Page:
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    • "Community 12-Step involvement was higher for TSF+P participants than ICBT+P participants during treatment, but the two groups had similar rates of involvement in the year following treatment completion. However, as noted by Kelly et al. (2003), 12-Step involvement is not sufficient to address the depression symptoms of dually diagnosed patients. Future research should investigate mechanisms of change that contribute to longterm decreases in depression within ICBT+P and TSF+P. "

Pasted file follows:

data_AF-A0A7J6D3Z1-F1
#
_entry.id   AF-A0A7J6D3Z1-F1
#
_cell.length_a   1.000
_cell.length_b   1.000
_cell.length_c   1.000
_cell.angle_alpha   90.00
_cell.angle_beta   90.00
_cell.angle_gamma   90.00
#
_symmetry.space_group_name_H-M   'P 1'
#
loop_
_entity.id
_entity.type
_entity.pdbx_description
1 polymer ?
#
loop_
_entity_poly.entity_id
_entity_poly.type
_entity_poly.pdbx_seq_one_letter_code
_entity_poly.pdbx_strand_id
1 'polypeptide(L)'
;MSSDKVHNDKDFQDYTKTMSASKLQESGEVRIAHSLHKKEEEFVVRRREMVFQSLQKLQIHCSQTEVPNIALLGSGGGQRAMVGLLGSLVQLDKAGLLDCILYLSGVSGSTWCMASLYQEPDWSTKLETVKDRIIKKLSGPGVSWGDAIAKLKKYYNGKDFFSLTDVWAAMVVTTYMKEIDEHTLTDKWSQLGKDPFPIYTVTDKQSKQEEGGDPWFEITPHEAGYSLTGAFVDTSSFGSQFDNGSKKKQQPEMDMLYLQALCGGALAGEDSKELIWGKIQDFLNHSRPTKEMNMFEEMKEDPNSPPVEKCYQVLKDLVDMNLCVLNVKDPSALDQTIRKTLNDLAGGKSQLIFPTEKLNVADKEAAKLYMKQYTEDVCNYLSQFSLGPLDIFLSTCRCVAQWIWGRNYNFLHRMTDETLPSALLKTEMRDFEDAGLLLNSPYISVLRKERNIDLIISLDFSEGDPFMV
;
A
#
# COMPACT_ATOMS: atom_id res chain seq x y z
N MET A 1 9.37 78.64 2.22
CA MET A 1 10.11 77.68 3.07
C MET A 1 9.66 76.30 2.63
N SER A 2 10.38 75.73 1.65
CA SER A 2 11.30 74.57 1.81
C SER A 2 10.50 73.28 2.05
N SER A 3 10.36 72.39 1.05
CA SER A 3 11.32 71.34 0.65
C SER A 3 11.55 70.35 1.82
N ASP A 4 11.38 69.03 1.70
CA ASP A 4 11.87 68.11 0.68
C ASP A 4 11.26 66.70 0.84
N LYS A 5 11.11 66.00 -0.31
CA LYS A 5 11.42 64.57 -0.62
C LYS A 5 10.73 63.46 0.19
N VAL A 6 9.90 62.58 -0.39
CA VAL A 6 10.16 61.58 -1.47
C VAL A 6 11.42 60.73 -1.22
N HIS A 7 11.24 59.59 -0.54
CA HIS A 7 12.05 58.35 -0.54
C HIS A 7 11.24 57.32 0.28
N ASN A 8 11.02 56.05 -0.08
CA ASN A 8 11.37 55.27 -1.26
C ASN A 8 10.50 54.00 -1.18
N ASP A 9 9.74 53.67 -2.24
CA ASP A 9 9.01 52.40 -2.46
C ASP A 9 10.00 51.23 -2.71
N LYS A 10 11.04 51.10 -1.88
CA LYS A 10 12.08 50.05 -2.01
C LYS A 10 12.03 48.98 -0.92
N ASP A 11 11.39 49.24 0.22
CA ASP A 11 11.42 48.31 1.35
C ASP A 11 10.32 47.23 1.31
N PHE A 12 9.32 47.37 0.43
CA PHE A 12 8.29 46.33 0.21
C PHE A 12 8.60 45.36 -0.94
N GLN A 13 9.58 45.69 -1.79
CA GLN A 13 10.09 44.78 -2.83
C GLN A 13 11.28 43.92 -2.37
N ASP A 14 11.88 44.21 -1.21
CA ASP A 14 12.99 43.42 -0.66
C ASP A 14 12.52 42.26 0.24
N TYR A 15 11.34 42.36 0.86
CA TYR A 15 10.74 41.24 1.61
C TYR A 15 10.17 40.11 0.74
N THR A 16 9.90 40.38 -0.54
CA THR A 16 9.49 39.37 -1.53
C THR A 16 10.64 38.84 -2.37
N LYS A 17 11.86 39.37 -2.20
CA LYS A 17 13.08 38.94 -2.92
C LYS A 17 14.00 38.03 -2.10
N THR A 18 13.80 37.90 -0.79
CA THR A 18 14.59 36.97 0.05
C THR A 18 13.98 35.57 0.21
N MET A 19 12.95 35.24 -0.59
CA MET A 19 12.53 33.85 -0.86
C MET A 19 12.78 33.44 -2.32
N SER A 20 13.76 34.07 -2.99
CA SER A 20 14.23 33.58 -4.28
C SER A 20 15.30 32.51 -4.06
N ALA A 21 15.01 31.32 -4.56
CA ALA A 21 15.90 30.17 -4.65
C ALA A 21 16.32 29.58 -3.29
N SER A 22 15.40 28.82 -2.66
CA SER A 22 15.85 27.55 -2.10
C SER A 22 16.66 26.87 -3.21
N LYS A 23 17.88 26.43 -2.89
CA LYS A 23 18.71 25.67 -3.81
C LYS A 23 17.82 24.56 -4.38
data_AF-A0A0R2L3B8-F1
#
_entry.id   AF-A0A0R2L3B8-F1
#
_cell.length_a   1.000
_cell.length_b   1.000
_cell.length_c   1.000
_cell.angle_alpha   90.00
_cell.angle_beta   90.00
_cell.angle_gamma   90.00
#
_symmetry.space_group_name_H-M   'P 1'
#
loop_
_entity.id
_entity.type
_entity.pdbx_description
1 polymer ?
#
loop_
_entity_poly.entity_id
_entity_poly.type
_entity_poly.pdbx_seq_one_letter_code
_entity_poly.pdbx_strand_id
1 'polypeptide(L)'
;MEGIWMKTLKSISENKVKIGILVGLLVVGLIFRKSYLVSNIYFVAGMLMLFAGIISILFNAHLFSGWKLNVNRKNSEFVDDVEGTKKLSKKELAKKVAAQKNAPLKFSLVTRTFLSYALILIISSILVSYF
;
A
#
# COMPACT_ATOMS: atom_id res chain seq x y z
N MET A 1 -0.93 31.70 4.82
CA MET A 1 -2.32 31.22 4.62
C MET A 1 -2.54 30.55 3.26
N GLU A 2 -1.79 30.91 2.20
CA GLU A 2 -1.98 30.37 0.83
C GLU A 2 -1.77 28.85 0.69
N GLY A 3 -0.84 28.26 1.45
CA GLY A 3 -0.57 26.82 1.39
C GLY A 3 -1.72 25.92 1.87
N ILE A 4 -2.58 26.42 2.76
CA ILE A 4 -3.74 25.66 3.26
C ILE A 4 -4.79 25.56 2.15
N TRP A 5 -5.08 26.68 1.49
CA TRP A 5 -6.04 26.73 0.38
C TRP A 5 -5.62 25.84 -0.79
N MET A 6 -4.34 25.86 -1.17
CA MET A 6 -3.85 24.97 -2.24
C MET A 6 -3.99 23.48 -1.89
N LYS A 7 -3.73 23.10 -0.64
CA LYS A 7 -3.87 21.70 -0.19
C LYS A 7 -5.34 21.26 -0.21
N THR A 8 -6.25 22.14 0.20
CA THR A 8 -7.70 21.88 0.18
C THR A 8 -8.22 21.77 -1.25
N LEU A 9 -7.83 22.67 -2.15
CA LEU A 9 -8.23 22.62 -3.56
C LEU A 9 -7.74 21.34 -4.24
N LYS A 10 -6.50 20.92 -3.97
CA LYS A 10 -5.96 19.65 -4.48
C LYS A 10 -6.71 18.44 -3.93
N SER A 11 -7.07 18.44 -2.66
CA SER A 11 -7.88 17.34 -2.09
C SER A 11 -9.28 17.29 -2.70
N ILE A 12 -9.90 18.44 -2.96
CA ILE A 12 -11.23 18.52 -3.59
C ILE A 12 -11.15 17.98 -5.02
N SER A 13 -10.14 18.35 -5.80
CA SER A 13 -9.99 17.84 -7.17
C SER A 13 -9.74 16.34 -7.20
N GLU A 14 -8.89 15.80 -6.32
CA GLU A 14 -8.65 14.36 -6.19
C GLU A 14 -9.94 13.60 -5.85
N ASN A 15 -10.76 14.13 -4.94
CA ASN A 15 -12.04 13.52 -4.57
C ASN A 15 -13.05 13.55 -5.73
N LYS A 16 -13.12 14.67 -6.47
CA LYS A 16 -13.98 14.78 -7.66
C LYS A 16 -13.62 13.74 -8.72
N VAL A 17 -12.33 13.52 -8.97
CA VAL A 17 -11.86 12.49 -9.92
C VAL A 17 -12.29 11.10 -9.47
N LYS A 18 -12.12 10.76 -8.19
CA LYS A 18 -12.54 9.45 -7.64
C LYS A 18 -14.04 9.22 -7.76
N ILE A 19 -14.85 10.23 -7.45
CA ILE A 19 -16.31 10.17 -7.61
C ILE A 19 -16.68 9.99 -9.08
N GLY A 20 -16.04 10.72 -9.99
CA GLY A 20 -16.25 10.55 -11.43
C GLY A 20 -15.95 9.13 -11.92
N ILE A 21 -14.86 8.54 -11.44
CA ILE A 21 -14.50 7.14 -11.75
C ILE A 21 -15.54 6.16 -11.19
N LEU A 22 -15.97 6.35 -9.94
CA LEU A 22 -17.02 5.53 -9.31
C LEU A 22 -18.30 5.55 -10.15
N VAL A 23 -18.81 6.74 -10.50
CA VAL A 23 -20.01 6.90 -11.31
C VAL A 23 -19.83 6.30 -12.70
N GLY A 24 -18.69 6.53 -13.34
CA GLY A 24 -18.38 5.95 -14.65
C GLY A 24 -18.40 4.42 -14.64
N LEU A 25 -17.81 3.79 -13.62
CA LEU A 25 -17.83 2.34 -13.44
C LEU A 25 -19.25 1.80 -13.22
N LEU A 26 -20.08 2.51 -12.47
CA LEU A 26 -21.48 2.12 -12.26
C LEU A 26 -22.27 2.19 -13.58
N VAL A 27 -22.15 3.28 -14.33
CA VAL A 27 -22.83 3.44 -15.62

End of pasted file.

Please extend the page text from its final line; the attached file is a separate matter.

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    Psychology of Addictive Behaviors 09/2010; 24(3):453-65. DOI:10.1037/a0019943 · 2.09 Impact Factor
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    • "Although our knowledge of the neural mechanisms for fear extinction remains incomplete , fear extinction in general is considered to be an important preclinical model for behavior therapy of human anxiety disorders (Barad, 2005). Clinically, several studies have demonstrated a high prevalence of mood disorders among substance abusers, such as anxiety (De Graaf et al, 2003), major depression (Kelly et al, 2003), and bipolar disorders (Brown et al, 2001). However, its underlying neural mechanism remains unclear. "